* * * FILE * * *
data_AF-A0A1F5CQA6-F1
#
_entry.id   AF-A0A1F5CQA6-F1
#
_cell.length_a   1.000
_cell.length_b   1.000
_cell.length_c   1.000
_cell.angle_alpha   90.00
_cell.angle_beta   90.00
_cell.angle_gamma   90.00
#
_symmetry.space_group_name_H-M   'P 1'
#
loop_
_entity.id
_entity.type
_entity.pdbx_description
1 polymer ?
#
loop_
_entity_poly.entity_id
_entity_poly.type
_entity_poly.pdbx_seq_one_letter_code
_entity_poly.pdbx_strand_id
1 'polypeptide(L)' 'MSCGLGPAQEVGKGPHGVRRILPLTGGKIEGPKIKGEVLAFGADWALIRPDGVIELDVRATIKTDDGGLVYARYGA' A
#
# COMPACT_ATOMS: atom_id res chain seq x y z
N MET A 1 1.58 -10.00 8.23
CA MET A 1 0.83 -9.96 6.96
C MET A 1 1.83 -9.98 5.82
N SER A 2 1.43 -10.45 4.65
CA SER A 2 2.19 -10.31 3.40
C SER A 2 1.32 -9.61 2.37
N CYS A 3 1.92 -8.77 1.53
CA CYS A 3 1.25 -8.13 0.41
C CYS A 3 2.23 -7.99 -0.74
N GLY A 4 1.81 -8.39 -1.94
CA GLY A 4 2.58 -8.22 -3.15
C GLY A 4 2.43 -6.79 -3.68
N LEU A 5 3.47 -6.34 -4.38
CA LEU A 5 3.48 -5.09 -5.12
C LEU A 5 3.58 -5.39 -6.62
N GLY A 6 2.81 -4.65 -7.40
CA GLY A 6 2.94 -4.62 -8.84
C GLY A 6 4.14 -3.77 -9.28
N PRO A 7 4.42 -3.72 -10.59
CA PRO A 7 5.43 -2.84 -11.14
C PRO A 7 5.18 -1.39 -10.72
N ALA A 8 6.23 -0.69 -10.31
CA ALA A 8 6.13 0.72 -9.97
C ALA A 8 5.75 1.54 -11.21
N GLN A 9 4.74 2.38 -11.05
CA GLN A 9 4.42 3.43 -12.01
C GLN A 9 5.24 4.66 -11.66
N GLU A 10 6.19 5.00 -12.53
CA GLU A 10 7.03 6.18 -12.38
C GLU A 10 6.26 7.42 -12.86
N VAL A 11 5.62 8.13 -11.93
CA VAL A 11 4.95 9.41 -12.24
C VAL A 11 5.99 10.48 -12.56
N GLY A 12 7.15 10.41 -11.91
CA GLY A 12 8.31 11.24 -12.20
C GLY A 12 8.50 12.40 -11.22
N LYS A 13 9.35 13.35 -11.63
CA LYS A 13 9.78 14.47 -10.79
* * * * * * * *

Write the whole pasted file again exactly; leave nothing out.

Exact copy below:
data_AF-A0A1F5CQA6-F1
#
_entry.id   AF-A0A1F5CQA6-F1
#
_cell.length_a   1.000
_cell.length_b   1.000
_cell.length_c   1.000
_cell.angle_alpha   90.00
_cell.angle_beta   90.00
_cell.angle_gamma   90.00
#
_symmetry.space_group_name_H-M   'P 1'
#
loop_
_entity.id
_entity.type
_entity.pdbx_description
1 polymer ?
#
loop_
_entity_poly.entity_id
_entity_poly.type
_entity_poly.pdbx_seq_one_letter_code
_entity_poly.pdbx_strand_id
1 'polypeptide(L)' 'MSCGLGPAQEVGKGPHGVRRILPLTGGKIEGPKIKGEVLAFGADWALIRPDGVIELDVRATIKTDDGGLVYARYGA' A
#
# COMPACT_ATOMS: atom_id res chain seq x y z
N MET A 1 1.58 -10.00 8.23
CA MET A 1 0.83 -9.96 6.96
C MET A 1 1.83 -9.98 5.82
N SER A 2 1.43 -10.45 4.65
CA SER A 2 2.19 -10.31 3.40
C SER A 2 1.32 -9.61 2.37
N CYS A 3 1.92 -8.77 1.53
CA CYS A 3 1.25 -8.13 0.41
C CYS A 3 2.23 -7.99 -0.74
N GLY A 4 1.81 -8.39 -1.94
CA GLY A 4 2.58 -8.22 -3.15
C GLY A 4 2.43 -6.79 -3.68
N LEU A 5 3.47 -6.34 -4.38
CA LEU A 5 3.48 -5.09 -5.12
C LEU A 5 3.58 -5.39 -6.62
N GLY A 6 2.81 -4.65 -7.40
CA GLY A 6 2.94 -4.62 -8.84
C GLY A 6 4.14 -3.77 -9.28
N PRO A 7 4.42 -3.72 -10.59
CA PRO A 7 5.43 -2.84 -11.14
C PRO A 7 5.18 -1.39 -10.72
N ALA A 8 6.23 -0.69 -10.31
CA ALA A 8 6.13 0.72 -9.97
C ALA A 8 5.75 1.54 -11.21
N GLN A 9 4.74 2.38 -11.05
CA GLN A 9 4.42 3.43 -12.01
C GLN A 9 5.24 4.66 -11.66
N GLU A 10 6.19 5.00 -12.53
CA GLU A 10 7.03 6.18 -12.38
C GLU A 10 6.26 7.42 -12.86
N VAL A 11 5.62 8.13 -11.93
CA VAL A 11 4.95 9.41 -12.24
C VAL A 11 5.99 10.48 -12.56
N GLY A 12 7.15 10.41 -11.91
CA GLY A 12 8.31 11.24 -12.20
C GLY A 12 8.50 12.40 -11.22
N LYS A 13 9.35 13.35 -11.63
CA LYS A 13 9.78 14.47 -10.79